The impact in primary care is even greater, with 86% of care being provided exclusively by primary care. An average general practitioner's list will contain some 200 patients with COPD (even more in areas of social deprivation), although not all will have it diagnosed. On average, patients with COPD make six or seven visits annually to their general practitioner. Each patient costs the UK economy an estimated £1639 annually, equating to a national burden of £982m (€1450, $1741m). For each patient, annual direct costs to the NHS are £819, with 54% of this being due to hospital admissions and 19% due to drug treatment. COPD results in further costs to society in that roughly 40% of UK patients are below retirement age, and the disease prevents about 25% from working and reduces the capacity to work in a further 10%. Annual indirect costs of COPD have been estimated at £820 per patient and consist of the cost of disability, absence from work, premature mortality, and the time caregivers miss work.
Cigarette smoking is clearly the single most important risk factor in the development of COPD. Current smoking is also associated with an increased risk of death. Pipe and cigar smoking also significantly increase morbidity and mortality from COPD, though the risk is less than for cigarettes. Around half of cigarette smokers develop some airflow obstruction, and 10-20% develop clinically significant COPD. Although smoking is the most important risk factor, it is not a prerequisite: COPD can occur in non-smokers with longstanding asthma or with α1 antitrypsin deficiency. Moreover, about 20% of COPD cases in men are not attributable to smoking.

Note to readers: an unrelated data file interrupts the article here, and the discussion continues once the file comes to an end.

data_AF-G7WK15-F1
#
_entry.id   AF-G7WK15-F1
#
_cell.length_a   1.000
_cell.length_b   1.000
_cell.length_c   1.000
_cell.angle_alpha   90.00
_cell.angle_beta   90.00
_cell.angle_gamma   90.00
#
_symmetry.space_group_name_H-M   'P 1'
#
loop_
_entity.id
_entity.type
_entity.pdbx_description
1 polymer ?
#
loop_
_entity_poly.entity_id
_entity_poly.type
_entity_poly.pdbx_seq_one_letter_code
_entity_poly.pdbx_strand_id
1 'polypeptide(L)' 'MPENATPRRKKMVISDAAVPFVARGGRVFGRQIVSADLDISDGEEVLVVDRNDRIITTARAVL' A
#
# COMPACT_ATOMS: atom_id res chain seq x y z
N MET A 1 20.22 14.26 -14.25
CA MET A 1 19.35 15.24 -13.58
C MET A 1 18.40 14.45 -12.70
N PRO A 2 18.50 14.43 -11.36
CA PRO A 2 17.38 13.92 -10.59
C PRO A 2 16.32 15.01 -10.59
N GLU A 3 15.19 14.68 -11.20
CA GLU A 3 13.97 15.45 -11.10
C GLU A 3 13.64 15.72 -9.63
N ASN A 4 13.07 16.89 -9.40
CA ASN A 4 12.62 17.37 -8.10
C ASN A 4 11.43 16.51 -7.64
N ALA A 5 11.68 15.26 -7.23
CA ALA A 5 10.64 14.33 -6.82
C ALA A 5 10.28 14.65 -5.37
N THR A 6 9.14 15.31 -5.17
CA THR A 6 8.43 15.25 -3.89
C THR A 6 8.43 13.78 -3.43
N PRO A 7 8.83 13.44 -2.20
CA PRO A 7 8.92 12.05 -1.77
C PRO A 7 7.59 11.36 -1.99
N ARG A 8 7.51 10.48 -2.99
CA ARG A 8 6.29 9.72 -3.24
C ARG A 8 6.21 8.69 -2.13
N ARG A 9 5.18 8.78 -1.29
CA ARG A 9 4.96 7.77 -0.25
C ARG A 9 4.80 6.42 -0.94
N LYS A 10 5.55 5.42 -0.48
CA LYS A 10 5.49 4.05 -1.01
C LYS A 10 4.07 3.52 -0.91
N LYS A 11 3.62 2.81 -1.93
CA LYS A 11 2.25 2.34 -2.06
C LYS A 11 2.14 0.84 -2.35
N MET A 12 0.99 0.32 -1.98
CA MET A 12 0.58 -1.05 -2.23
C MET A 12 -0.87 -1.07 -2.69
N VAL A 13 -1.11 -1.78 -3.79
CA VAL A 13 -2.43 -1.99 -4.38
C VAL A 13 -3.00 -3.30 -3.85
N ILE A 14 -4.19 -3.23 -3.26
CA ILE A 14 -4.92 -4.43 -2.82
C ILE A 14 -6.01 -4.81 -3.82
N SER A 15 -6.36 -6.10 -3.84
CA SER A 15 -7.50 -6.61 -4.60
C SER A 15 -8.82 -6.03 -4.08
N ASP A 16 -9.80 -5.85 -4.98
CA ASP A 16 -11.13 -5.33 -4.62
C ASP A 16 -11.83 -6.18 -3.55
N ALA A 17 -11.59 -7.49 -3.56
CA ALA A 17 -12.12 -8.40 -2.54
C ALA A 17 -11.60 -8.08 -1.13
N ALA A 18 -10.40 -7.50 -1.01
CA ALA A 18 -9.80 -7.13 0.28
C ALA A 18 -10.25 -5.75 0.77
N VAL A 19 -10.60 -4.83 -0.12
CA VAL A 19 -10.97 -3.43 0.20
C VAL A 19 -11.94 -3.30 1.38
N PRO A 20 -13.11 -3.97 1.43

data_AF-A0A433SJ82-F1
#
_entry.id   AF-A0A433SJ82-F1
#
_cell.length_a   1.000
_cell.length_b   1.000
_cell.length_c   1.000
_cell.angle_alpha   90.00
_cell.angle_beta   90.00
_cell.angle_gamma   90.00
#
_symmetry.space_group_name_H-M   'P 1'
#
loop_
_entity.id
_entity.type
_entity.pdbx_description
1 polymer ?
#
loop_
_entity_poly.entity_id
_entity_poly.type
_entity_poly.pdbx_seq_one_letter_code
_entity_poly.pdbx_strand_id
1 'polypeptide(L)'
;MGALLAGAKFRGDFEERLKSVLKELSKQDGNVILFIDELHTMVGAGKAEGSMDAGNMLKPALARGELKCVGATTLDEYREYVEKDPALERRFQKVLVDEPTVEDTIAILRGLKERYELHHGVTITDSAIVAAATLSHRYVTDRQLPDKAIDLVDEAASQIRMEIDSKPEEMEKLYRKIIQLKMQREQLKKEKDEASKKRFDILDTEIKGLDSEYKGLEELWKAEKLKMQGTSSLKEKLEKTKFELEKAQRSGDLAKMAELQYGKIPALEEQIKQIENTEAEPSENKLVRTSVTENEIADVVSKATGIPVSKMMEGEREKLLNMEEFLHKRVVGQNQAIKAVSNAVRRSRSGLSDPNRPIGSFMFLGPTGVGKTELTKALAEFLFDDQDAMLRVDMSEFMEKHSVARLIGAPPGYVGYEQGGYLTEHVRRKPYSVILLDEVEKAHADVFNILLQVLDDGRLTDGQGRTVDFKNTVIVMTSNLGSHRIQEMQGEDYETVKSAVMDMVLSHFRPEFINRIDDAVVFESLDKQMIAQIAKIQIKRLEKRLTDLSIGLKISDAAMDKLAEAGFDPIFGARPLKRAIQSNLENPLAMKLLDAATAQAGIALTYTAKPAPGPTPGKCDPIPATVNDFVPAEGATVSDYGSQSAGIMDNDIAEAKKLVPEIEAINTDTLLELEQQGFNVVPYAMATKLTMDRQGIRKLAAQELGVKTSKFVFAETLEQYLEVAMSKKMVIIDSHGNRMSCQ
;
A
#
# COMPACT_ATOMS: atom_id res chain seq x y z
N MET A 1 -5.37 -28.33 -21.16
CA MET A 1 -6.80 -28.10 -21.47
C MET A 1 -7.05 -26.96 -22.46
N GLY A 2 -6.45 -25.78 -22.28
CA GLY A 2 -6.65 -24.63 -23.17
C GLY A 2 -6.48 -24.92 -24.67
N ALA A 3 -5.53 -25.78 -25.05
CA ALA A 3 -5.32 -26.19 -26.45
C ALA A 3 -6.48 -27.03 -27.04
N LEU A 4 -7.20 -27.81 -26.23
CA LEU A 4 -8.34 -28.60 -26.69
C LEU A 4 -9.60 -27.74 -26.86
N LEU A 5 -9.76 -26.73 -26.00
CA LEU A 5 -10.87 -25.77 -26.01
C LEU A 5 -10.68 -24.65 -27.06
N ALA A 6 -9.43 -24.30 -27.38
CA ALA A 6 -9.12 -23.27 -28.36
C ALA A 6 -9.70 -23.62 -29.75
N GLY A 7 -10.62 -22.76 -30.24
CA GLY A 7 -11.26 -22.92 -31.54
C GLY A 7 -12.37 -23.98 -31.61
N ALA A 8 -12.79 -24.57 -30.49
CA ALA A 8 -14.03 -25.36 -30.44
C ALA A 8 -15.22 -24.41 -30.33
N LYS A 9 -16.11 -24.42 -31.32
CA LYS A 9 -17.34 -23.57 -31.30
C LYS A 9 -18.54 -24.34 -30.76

A more contentious issue is the possible relation between environmental tobacco smoke and development of COPD: several case-control studies have shown a trend towards an increased risk of COPD with passive smoking. However, the adverse effect of maternal smoking on childhood ventilatory function is clearer: smoking during and after pregnancy is associated with reduced infant, childhood, and adult ventilatory function. Most studies have shown that the effects of antenatal smoking are greater in magnitude than, and independent of, the effects of postnatal exposure.
Urban air pollution may affect lung function development and consequently be a risk factor for COPD. Cross sectional studies have shown that higher concentrations of atmospheric air pollution are associated with increased cough, sputum production, and breathlessness and reduced ventilatory function. Exposure to particulate and nitrogen dioxide air pollution has been associated with impaired ventilatory function in adults and reduced lung growth in children. In developing countries indoor air pollution from biomass fuel (used for cooking and heating) has been implicated as a risk factor for COPD, particularly in women.